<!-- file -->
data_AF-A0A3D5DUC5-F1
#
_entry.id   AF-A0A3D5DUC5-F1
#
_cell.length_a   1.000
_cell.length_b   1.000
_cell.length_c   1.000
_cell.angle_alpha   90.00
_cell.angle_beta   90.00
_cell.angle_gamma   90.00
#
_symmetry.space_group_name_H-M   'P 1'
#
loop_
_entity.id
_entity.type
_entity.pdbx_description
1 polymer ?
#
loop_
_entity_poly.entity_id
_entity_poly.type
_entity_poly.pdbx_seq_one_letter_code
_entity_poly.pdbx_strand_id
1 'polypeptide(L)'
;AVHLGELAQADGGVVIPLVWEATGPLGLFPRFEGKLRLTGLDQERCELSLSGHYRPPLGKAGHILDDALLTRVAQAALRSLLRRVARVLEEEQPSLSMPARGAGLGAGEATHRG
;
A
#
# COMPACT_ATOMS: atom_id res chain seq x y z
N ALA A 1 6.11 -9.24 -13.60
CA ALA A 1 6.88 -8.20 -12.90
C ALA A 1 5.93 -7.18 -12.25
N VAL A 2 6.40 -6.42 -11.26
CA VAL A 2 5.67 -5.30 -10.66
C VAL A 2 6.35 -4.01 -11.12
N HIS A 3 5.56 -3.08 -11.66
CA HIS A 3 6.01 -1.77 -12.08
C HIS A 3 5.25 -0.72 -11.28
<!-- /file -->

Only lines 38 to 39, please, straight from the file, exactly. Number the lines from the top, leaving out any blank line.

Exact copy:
CA HIS A 3 6.01 -1.77 -12.08
C HIS A 3 5.25 -0.72 -11.28